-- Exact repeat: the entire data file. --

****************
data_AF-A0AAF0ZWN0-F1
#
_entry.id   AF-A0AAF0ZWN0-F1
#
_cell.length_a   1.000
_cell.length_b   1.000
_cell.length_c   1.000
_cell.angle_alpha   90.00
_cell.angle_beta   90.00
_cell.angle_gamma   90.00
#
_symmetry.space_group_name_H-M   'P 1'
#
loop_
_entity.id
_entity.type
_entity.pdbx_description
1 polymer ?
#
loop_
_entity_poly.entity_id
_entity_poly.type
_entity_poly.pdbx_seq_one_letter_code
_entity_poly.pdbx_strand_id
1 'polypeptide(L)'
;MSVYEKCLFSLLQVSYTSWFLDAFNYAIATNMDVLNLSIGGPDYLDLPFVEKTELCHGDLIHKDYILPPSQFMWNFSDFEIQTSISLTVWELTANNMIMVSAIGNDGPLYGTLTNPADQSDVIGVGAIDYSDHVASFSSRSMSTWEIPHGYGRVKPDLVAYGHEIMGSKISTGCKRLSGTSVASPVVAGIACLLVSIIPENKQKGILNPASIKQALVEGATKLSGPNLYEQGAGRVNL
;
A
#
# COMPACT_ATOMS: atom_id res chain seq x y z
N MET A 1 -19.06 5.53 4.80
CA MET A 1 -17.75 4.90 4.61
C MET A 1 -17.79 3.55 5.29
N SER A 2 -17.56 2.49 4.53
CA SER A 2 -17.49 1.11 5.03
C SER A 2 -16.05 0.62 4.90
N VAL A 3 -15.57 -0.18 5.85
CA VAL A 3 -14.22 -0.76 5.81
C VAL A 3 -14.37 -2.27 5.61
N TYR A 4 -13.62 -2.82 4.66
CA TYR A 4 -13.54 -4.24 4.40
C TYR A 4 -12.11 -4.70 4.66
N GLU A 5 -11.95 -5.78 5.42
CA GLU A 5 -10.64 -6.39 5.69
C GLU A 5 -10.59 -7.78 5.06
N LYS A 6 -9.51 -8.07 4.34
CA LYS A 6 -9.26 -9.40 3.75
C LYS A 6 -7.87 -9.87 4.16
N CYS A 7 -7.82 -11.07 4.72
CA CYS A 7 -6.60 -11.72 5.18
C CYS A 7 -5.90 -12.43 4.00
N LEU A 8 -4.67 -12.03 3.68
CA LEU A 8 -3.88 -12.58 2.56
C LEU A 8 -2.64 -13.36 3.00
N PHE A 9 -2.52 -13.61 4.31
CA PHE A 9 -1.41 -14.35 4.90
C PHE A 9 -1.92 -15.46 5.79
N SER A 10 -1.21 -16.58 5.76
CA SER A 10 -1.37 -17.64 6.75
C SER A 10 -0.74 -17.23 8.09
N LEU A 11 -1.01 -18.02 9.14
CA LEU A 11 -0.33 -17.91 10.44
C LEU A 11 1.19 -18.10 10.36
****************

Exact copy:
data_AF-A0AAF0ZWN0-F1
#
_entry.id   AF-A0AAF0ZWN0-F1
#
_cell.length_a   1.000
_cell.length_b   1.000
_cell.length_c   1.000
_cell.angle_alpha   90.00
_cell.angle_beta   90.00
_cell.angle_gamma   90.00
#
_symmetry.space_group_name_H-M   'P 1'
#
loop_
_entity.id
_entity.type
_entity.pdbx_description
1 polymer ?
#
loop_
_entity_poly.entity_id
_entity_poly.type
_entity_poly.pdbx_seq_one_letter_code
_entity_poly.pdbx_strand_id
1 'polypeptide(L)'
;MSVYEKCLFSLLQVSYTSWFLDAFNYAIATNMDVLNLSIGGPDYLDLPFVEKTELCHGDLIHKDYILPPSQFMWNFSDFEIQTSISLTVWELTANNMIMVSAIGNDGPLYGTLTNPADQSDVIGVGAIDYSDHVASFSSRSMSTWEIPHGYGRVKPDLVAYGHEIMGSKISTGCKRLSGTSVASPVVAGIACLLVSIIPENKQKGILNPASIKQALVEGATKLSGPNLYEQGAGRVNL
;
A
#
# COMPACT_ATOMS: atom_id res chain seq x y z
N MET A 1 -19.06 5.53 4.80
CA MET A 1 -17.75 4.90 4.61
C MET A 1 -17.79 3.55 5.29
N SER A 2 -17.56 2.49 4.53
CA SER A 2 -17.49 1.11 5.03
C SER A 2 -16.05 0.62 4.90
N VAL A 3 -15.57 -0.18 5.85
CA VAL A 3 -14.22 -0.76 5.81
C VAL A 3 -14.37 -2.27 5.61
N TYR A 4 -13.62 -2.82 4.66
CA TYR A 4 -13.54 -4.24 4.40
C TYR A 4 -12.11 -4.70 4.66
N GLU A 5 -11.95 -5.78 5.42
CA GLU A 5 -10.64 -6.39 5.69
C GLU A 5 -10.59 -7.78 5.06
N LYS A 6 -9.51 -8.07 4.34
CA LYS A 6 -9.26 -9.40 3.75
C LYS A 6 -7.87 -9.87 4.16
N CYS A 7 -7.82 -11.07 4.72
CA CYS A 7 -6.60 -11.72 5.18
C CYS A 7 -5.90 -12.43 4.00
N LEU A 8 -4.67 -12.03 3.68
CA LEU A 8 -3.88 -12.58 2.56
C LEU A 8 -2.64 -13.36 3.00
N PHE A 9 -2.52 -13.61 4.31
CA PHE A 9 -1.41 -14.35 4.90
C PHE A 9 -1.92 -15.46 5.79
N SER A 10 -1.21 -16.58 5.76
CA SER A 10 -1.37 -17.64 6.75
C SER A 10 -0.74 -17.23 8.09
N LEU A 11 -1.01 -18.02 9.14
CA LEU A 11 -0.33 -17.91 10.44
C LEU A 11 1.19 -18.10 10.36